Chadwick Boseman is charismatic as Thurgood Marshall, the crusading lawyer who in 1967 became the first African-American Supreme Court Justice.
This film doesn’t focus on that achievement, and neither does it highlight one of Marshall’s landmark legal victories in the fight against segregation.
Instead, it revolves around a lesser-known case from far earlier in his career when he arrived in Connecticut in 1941 to defend a black chauffeur (Sterling K Brown) charged with raping and attempting to murder his white socialite employer (Kate Hudson).
As it happens, the presiding judge (James Cromwell) is so blatantly biased that Marshall isn’t allowed to speak in court but can only guide and prompt the inexperienced white lawyer, Sam Friedman (Josh Gad), who finds himself reluctantly taking the case.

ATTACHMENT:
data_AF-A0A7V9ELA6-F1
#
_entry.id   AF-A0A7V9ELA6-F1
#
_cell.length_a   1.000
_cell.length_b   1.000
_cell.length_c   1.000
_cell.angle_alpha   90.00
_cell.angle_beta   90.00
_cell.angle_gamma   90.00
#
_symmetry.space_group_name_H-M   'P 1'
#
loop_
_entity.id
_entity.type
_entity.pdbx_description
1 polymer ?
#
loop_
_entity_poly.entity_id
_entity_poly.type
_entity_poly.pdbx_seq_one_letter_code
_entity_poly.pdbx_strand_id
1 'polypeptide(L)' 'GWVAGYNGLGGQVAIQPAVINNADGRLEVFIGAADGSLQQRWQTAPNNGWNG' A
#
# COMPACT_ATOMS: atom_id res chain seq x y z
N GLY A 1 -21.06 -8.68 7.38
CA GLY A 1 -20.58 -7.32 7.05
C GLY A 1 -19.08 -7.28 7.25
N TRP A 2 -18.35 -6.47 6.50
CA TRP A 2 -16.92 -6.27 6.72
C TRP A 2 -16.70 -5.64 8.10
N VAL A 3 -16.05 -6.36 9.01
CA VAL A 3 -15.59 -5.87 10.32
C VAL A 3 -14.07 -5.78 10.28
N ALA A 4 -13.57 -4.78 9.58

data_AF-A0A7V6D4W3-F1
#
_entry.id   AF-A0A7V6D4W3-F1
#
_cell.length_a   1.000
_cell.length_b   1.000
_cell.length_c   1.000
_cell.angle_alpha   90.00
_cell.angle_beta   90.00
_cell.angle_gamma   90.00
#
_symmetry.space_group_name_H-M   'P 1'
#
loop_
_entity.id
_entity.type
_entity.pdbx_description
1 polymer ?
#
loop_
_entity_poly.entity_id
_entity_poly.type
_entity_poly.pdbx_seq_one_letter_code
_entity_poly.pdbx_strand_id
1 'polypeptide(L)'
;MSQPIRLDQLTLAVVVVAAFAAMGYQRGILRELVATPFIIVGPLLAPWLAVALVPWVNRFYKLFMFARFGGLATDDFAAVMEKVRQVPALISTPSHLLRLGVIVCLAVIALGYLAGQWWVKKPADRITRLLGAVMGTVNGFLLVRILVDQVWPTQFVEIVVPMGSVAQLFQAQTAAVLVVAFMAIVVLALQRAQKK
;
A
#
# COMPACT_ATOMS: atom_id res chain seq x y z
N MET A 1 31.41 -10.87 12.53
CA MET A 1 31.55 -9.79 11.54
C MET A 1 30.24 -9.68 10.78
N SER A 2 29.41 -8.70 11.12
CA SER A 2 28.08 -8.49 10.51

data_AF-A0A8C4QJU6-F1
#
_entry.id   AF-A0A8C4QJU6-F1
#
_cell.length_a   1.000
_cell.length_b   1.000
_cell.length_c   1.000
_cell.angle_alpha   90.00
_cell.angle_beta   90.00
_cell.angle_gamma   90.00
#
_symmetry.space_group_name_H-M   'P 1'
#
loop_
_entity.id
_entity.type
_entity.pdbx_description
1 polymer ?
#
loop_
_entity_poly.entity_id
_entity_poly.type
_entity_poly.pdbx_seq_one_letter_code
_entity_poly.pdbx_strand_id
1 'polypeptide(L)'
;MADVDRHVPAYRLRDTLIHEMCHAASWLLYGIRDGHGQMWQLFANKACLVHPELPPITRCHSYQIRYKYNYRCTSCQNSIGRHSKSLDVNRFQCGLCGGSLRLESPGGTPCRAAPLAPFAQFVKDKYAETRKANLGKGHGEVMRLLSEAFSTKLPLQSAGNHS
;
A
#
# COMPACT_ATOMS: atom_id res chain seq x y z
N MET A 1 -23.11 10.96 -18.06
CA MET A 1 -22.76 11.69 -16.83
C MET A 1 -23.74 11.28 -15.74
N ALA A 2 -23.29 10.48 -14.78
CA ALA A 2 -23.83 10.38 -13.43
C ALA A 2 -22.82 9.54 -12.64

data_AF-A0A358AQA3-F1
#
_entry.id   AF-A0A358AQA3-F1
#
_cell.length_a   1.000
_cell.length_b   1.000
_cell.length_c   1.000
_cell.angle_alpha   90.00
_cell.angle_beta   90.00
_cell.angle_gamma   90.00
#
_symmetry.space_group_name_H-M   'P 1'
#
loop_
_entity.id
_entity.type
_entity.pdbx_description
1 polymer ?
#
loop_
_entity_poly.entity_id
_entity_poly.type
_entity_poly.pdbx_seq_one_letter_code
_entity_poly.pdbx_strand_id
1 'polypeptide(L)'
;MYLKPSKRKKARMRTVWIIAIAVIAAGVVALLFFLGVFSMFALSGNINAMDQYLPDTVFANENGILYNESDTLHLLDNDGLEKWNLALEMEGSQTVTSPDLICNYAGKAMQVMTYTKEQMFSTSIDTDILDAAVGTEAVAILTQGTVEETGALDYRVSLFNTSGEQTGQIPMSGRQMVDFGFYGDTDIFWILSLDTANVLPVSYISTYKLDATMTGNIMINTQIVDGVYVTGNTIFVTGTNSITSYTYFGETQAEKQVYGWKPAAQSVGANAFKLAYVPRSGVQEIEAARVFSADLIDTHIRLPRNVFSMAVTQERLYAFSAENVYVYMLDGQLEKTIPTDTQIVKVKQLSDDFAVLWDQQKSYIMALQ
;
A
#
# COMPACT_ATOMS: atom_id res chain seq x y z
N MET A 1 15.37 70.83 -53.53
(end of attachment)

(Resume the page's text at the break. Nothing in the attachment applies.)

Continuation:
The ensuing drama is an engaging blend of mismatched buddy movie and legal thriller, as Marshall and Friedman contend with prejudice in and out of the courtroom, not to mention the wiles of the prosecuting attorney, played with snooty disdain by Dan Stevens.
In cinematic terms, Marshall is thoroughly conventional, but it’s undeniably stirring stuff all the same, with Boseman making the most of some resonant lines of dialogue – ‘The only way to get through a bigot’s door is to break it down’ – and giving his character an utterly magnetic swagger.